NAIROBI—Somali and African Union troops have made steady progress ousting al-Shabab militants from strongholds in Gedo and Juba, but now a political battle for control of newly liberated regions is posing a challenge for the country's recently established central government.
Communities in southern Somalia are pushing to make the autonomous region known as Jubaland a semi-autonomous state that would function like semi-autonomous Puntland, or Puntland's neighboring breakaway republic of Somaliland.
While community and clan leaders have reached some agreement on how to divide and rule the territory, the bigger challenge is convincing central government officials to accept the plan.
"[We] would like to be frank with people about the talks and politics that is going on," said federal parliamentary member Mohamed Ismail Shuriye, who says Mogadishu officials and regional partners remain far from agreement.
With many Somalis and regional representatives favoring formation of semi-autonomous states, some believe the central government fears it will lose power to regional and local authorities, as has happened with Somaliland and Puntland.
"Currently there is so much political wrangling that is taking place, [I] hope the political issues will end well and there will be common understanding between the players," Shuriye added.
Somalia’s newly-elected President Hassan Sheikh Mohamud has been walking a fine line on the subject, telling reporters on Wednesday that regions have the right to form new states, but that the central government must have a role in the process.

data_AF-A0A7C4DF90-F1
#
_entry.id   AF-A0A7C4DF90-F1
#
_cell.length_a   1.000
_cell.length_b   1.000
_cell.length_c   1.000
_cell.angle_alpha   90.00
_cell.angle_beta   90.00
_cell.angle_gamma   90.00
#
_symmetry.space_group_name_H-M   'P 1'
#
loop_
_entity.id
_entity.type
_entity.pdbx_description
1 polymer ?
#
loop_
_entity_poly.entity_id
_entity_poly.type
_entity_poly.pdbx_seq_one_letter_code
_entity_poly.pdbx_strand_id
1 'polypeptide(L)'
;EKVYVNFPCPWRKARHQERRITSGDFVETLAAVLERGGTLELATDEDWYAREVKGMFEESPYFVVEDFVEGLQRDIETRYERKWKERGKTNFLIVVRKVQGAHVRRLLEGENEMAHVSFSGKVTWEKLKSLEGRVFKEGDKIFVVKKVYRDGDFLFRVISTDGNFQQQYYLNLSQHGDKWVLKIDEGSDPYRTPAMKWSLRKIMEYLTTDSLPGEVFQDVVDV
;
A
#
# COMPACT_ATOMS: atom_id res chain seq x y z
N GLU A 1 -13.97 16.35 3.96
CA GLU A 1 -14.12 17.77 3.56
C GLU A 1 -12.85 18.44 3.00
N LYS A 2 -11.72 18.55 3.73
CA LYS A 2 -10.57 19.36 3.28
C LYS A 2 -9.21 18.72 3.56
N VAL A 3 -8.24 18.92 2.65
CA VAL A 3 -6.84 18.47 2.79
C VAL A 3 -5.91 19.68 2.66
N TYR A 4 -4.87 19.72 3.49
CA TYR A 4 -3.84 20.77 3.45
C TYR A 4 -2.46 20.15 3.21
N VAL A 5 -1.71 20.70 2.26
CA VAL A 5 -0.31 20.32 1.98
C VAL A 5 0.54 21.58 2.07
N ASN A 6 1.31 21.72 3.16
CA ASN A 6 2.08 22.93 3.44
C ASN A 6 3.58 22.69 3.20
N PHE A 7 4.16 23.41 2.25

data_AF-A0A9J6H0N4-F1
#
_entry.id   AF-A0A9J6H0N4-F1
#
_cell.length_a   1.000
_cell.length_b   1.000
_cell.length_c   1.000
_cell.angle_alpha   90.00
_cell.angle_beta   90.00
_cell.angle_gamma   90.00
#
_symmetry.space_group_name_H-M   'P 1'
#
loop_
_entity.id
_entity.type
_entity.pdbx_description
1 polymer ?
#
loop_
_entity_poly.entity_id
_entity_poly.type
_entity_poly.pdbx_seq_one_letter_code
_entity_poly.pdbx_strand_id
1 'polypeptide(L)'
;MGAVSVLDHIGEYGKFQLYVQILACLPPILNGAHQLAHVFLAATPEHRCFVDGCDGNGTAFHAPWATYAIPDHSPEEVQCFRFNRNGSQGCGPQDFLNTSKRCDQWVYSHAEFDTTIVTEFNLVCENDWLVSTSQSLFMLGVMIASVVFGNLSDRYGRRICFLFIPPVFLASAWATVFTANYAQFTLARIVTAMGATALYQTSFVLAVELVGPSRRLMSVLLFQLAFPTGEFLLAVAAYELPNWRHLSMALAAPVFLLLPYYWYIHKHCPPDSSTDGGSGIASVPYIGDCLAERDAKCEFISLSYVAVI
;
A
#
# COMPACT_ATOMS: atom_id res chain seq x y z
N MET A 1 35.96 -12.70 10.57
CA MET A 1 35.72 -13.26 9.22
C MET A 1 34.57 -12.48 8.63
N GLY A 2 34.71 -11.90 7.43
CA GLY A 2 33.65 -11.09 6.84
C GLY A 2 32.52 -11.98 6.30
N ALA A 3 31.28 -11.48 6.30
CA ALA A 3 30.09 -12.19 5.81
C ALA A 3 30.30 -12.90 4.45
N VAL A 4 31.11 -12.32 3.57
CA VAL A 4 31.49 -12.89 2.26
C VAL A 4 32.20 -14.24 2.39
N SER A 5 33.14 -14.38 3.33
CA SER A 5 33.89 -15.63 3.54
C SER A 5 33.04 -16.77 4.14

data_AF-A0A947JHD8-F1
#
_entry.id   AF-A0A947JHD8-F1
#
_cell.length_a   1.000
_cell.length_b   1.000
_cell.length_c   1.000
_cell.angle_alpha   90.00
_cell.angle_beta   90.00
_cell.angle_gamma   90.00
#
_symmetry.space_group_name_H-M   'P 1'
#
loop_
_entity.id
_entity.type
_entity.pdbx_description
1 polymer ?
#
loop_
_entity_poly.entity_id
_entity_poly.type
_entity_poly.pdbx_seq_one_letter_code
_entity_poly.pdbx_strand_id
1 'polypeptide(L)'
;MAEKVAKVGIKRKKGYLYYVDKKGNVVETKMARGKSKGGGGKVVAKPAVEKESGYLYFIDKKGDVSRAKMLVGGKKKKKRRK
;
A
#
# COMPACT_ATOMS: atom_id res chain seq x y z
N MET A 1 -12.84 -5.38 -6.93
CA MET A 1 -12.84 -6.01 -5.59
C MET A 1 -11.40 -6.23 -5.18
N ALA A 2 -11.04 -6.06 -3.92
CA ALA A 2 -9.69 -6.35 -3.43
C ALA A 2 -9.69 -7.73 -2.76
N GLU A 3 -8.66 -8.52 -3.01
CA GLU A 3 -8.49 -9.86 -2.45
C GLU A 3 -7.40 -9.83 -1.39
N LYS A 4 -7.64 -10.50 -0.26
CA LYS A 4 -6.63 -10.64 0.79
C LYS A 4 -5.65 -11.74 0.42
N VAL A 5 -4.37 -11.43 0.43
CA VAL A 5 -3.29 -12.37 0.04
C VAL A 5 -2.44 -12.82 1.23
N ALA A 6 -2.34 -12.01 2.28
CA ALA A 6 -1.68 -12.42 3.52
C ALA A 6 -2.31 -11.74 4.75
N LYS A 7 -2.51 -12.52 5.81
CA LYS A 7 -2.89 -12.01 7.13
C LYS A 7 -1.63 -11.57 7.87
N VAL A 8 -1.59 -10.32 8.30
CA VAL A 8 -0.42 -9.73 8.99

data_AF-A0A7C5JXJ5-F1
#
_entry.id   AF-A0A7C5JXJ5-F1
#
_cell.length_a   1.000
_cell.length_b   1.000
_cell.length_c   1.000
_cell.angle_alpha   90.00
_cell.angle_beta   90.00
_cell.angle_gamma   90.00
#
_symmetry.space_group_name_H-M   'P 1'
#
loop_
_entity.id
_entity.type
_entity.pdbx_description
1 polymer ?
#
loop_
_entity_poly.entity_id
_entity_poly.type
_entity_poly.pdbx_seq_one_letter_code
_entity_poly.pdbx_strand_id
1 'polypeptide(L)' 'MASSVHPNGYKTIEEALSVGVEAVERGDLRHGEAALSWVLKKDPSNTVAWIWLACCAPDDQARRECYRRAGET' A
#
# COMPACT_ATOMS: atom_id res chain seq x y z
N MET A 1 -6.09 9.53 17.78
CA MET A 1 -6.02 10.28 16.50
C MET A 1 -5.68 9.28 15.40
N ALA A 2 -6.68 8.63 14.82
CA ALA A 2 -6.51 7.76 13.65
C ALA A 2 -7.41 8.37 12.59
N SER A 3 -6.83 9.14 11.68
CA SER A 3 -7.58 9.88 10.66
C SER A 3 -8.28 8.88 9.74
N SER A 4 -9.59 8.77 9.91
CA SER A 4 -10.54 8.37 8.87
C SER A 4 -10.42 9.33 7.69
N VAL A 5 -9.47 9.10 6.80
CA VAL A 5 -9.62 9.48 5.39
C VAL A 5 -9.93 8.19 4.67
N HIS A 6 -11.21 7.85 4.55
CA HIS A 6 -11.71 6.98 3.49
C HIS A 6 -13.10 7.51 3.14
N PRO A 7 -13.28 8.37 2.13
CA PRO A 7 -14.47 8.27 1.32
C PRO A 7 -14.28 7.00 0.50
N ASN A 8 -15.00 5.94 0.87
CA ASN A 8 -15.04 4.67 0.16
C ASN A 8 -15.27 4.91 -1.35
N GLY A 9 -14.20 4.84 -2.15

"Jubaland should not be different from other states in relation to the central government," said President Mohamud. "That doesn't mean that we will name regional representatives from Mogadishu, but the government is responsible for the way people from those regions want to form their own local authority."
Some experts say members of parliament and Prime Minister Abdi Farah Shirdon's newly appointed ten-member cabinet will have different views on how to administer the proposed semi-autonomous state. They suggest there should be some kind of temporary arrangement to prevent war over the spoils of liberation.
Multiple sources say the central government is worried about foreign influence in the region, which shares a long porous border with Kenya, whose troops arrived in the area last year to combat al-Shabab militants.
Juba-based negotiator Farhan Abdi Afdoob says regional inhabitants don't view neighboring countries as enemies or occupying forces.
"Ethiopians and Kenyans who are present in our regions are not different, and there is not one of them we view as our enemy," he said, explaining that, as Somali nationals, none of his constituents would accept being taken over by a foreign power.
"We are people who cannot secede from the Somali people," he said. "We are people who are satisfied with the new constitution and want to be governed like other federal states. We want the freedom to build our own federal state and we don’t want interference from the government, separating us along ethnic lines and creating conflict between us."
Afdoob says his constituents are asking central government only to support their initiative and treat them like other federal states in the country.